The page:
The latest issue of Skaneateles Lake Wave Reviews is now available for your viewing pleasure. In this issue we discuss Hemlock Woolly Adelgid, New Regulations for Clean/Drain/Dry procedures at all boat launching facilities, conservation efforts in the watershed and an overview on legacy planning.
Wave Reviews is a bi-annual newsletter that Cornell Cooperative Extension of Onondaga County produces, providing information on water quality in the Statelessness Lake Watershed. Contributions often come from Onondaga County Soil & Water, the Finger Lakes Land Trust, and others involved in environmental issues in the Skaneateles Lake Watershed. The program is funded by the City of Syracuse Water Department.
You can visit the Skaneateles Lake Watershed webpage at any time.
By Jessi Lyons, Cornell University Cooperative Extension of Onondaga County
The invasive insect, Hemlock Woolly Adelgid (Adelges tsugae) also known as HWA has recently been confirmed on hemlock trees in the Bahar Nature Reserve along the western shore of Skaneateles Lake in the Town of Niles, and recently confirmed by the NYS DEC along the eastern shore in the Town of Spafford. HWA was first confirmed in Cayuga County in 2012, and has significantly expanded its range into the Owasco Lake Watershed and into Fillmore Glen State Park.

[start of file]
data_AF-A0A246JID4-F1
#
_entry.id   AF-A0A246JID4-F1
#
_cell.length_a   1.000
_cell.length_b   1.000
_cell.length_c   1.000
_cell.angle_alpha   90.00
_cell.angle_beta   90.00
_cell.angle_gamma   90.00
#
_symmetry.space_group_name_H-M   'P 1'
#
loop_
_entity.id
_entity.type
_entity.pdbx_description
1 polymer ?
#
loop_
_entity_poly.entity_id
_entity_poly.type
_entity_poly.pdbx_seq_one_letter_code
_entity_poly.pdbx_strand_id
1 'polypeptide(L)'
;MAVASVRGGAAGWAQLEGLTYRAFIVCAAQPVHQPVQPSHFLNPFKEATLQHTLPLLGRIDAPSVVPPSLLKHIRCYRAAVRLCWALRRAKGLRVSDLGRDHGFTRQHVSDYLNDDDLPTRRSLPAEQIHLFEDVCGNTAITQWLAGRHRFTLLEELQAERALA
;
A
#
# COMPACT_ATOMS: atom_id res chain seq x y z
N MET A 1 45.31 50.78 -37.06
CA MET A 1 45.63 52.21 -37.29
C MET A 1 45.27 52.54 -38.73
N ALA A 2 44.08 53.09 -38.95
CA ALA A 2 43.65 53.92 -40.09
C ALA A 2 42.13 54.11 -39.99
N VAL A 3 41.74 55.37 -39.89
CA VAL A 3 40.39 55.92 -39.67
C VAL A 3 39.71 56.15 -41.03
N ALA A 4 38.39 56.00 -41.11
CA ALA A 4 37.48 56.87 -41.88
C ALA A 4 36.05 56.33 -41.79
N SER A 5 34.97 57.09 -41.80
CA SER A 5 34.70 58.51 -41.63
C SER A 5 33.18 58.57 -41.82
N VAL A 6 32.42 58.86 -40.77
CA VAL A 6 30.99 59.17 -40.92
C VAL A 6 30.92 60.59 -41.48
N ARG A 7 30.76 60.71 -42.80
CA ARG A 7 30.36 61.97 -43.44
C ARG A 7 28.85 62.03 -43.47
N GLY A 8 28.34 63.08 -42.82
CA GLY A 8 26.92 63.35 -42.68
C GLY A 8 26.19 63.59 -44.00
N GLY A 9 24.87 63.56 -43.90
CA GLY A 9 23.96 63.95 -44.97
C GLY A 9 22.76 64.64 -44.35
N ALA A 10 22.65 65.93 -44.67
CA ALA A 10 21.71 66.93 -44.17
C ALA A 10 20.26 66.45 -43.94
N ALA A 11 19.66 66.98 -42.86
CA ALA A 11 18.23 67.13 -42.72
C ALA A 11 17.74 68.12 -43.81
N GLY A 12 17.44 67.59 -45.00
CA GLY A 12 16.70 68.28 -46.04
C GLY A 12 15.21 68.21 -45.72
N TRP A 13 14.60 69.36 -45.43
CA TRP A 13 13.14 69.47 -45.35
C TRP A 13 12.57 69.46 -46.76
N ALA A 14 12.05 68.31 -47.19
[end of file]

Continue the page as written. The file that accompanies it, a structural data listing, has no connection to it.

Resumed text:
HWA is a tiny aphid-like insect that feeds on twigs at the base of hemlock needles. The damage prevents the transport of nutrients to the needles and buds, effectively starving the tree. Tree death commonly occurs six or more years after infestation in the Finger Lakes region, but may cause death within 4 years in warmer states. HWA gets its name from the white waxy hairs that protects the insect while it feeds in the winter, appearing like masses of white wool along the stems of hemlock branches.